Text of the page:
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Lovekin Drive at Dawn
 

The Honour Avenues

The planting of trees as a dedication to individual Service personnel who gave their lives whilst serving their countries in time of war seems to be an Australian innovation. This unique practice originated in Ballarat, Victoria when in 1917 Mrs. Tilly Thompson of E Lucas & Company, clothing manufacturers, proposed to her 500 'Lucas girls' on the staff that they raise funds to plant an 'avenue of trees' to honour the local men who had been killed in World War I. This they did and by 1919 they had planted 3,912 trees along 22.4 kms of the Western Highway. In all at least 128 avenues were planted in Victoria between 1917 and 1921, virtually every one a community effort.

The idea was taken up in Western Australia by Mr. Arthur Lovekin, a veteran journalist, editor and owner of the Daily News. He was also an original member of the Kings Park Board and in August 1918 submitted to the Board a design for the planting of trees as an Honour Avenue in May Drive. What is known as 'May Drive' today, which runs from the Lord Forrest statue to the Nedlands end of the Park, was originally known as 'Circular Avenue' because it virtually encircled the entire park.

However, prior to Mr. Lovekin's idea, in 1901 a link with the Royal family and the Honour Avenue was established. In that year the then Duke of Cornwall & York, Alfred George Saxe-Coberg Gotha, grandson of the recently deceased Queen Victoria and son of the reigning monarch, King Edward the 7th, visited Perth. He was accompanied by his wife the Duchess Victoria Mary Augusta Louise Olga Pauline Claudine Agnes of Teck, affectionately known as Princess May.

The Duke and Duchess were visiting Australia to open the first Federal Parliament, which was in Melbourne. However, whilst in Perth on 27th July 1901, he re-named Perth Park to 'Kings Park' in honour of his father, and laid the foundation stone of the Fallen Soldiers Memorial (now the Boer War Memorial) and re-named part of Circular Drive as 'May Drive' after his Princess.

Another interesting but tenuous link to the Avenues was through the first President of the Park, John Forrest. He was a Surveyor General, renowned explorer and the driving force behind the east-west railway, the first State Premier of WA, a founding father of the Federation and its first Minister for Defence. In this latter capacity he was instrumental in the raising of the first Commonwealth overseas contingents after earlier being involved in the integration of the six colonial forces. Later, in one of his terms as Federal Treasurer, he authorised the payment of monies for the raising of the 1st Australian Imperial Force (AIF).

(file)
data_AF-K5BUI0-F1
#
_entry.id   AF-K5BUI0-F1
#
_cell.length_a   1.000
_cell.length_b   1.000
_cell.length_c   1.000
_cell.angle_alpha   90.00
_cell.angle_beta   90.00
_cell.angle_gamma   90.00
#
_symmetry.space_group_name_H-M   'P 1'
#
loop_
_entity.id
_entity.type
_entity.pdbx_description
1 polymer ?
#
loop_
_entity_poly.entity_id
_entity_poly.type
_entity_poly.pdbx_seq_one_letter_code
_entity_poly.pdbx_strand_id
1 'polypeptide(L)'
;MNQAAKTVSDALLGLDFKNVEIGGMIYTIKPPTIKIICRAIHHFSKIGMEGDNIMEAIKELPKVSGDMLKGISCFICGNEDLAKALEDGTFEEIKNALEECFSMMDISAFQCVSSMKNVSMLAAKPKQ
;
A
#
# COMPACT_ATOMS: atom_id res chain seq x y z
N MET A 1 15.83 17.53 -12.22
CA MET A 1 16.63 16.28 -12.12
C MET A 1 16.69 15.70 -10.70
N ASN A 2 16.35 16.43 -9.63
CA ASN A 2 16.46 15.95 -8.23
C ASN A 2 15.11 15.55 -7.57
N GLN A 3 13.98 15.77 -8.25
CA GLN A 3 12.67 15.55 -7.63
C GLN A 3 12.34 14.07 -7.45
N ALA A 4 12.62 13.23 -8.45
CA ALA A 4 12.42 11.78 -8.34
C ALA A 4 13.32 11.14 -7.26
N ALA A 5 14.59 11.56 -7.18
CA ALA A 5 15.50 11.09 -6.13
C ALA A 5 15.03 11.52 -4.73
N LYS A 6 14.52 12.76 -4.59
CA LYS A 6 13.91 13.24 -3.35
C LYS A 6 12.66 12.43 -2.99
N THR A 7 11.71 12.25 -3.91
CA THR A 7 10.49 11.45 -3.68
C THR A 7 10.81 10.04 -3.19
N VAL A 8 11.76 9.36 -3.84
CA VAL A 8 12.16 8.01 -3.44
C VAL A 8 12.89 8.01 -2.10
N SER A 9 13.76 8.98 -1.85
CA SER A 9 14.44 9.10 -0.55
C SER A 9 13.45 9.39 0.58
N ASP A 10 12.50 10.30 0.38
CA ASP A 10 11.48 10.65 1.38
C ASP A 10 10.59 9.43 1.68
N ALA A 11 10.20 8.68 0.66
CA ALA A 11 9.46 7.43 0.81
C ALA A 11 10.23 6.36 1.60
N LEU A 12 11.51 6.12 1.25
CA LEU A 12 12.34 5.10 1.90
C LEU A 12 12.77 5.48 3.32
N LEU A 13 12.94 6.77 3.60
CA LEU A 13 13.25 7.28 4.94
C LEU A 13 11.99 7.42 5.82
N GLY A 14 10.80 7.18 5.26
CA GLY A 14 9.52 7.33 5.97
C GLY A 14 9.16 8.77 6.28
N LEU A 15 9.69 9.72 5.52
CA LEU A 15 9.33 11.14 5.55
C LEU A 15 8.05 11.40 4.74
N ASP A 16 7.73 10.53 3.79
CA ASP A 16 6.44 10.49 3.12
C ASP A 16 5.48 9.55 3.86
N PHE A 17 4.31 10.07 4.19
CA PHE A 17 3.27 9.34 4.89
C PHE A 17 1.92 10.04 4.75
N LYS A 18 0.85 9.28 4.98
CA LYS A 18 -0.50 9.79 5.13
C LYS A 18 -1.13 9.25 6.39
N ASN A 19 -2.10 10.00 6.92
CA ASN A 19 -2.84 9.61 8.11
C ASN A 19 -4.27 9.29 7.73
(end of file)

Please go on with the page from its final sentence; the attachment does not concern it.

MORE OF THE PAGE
The aforementioned Arthur Lovekin visited England in 1914 and was struck by the grandeur of the Royal Oaks in Windsor Great Park. With Kings Park in mind he took the liberty of writing to Princess May, who was now Queen Mary, Consort of His Majesty King George the Fifth, requesting acorns from the Great Park for planting in Kings Park.

Because of the affiliation with Kings Park she agreed to send at a later date a parcel of acorns from the Royal Oaks.

When the Royal acorns arrived the Park superintendent had them planted and although most of them sprouted many failed to thrive and eventually died. Perhaps as few as 11 of the Royal acorns survived. Replacement acorns were hastily obtained from Archbishop Riley who had an oak in the Bishop's House garden which had been planted by Bishop Hale some 60 years earlier.

The Park Board had accepted Lovekin's design for the Honour Avenue and the intention to create the Honour Avenue was publicised. Applicants would be required to pay 10/-, made up of 1/- for the tree, 2/- for labour for the hole which would be 5' wide and 5' deep, 6/6d for the plaque and 6d for the paint. The Board carried out all the work including the acceptance of applications and allocation of the trees to the applicants. The opening of the Avenue was planned for 3rd of August 1919, the fifth anniversary of the declaration of World War I.

The verges on either side of May Drive were cleared and most of the timber burnt to avoid the cost of cartage. Fertilizer in the form of manure, most of which came from the Swan Brewery stables on Mounts Bay Road, was donated to the Park. Unemployed ex-Servicemen did much of the preparatory work.

This important project would not have got underway at all had Lovekin not donated 500 pounds (about $25,000 in today's value) to cover the initial costs. In 1920 Arthur Lovekin and Sir William Loton, another Board member, each donated 500 pounds to clear and plant with sugar gums what was then known as Forrest Avenue. In 1931, after the death of Lovekin, it was renamed Lovekin Drive in honour of the architect of these magnificent avenues. Lovekin is estimated to have donated funds of more than $100,000 in today's value.

The preparations for the original planting ceremony had not gone too well. The reduced number of oaks, 404 in all were required, and the inability of the Park to obtain sufficient suitable kurrajong and tuart trees as replacements, saw the inclusion of Brush Box, Eugenia, Camphor laurel and hardy Cork elm to the list of suitable trees. Applicants were invited to supply their own trees but in the end most trees were reported to be 'True British Oaks'. There were problems with the casting of the plaques as well and the quality of many left a lot to be desired.

The long awaited 3rd of August arrived with torrential rain and howling winds lashing the thousands whom attended. At a timed signal relatives and friends planted the trees despite the weather conditions. In front of each tree was the plaque and in many cases miniature gardens had been created. After the planting the people assembled at the highest point of the Drive - known as the Circle - and in the presence of His Excellency the Governor Sir William McCartney, the Minister for Education the Hon. HB Colebatch, the Minister for Mines JP Scadden and President of the Kings Park Board Arthur Lovekin made their speeches and after all had spoken the Governor, during a particularly heavy downpour, declared the Avenue to be well and truly planted. A message from Queen Mary was read to those assembled. Her words were,

"May these fine oaks grow and flourish for many years, and stand as a reminder to generations to come of the devotion and loyalty of those brave sons of the Empire who gave their lives in the cause of justice and freedom"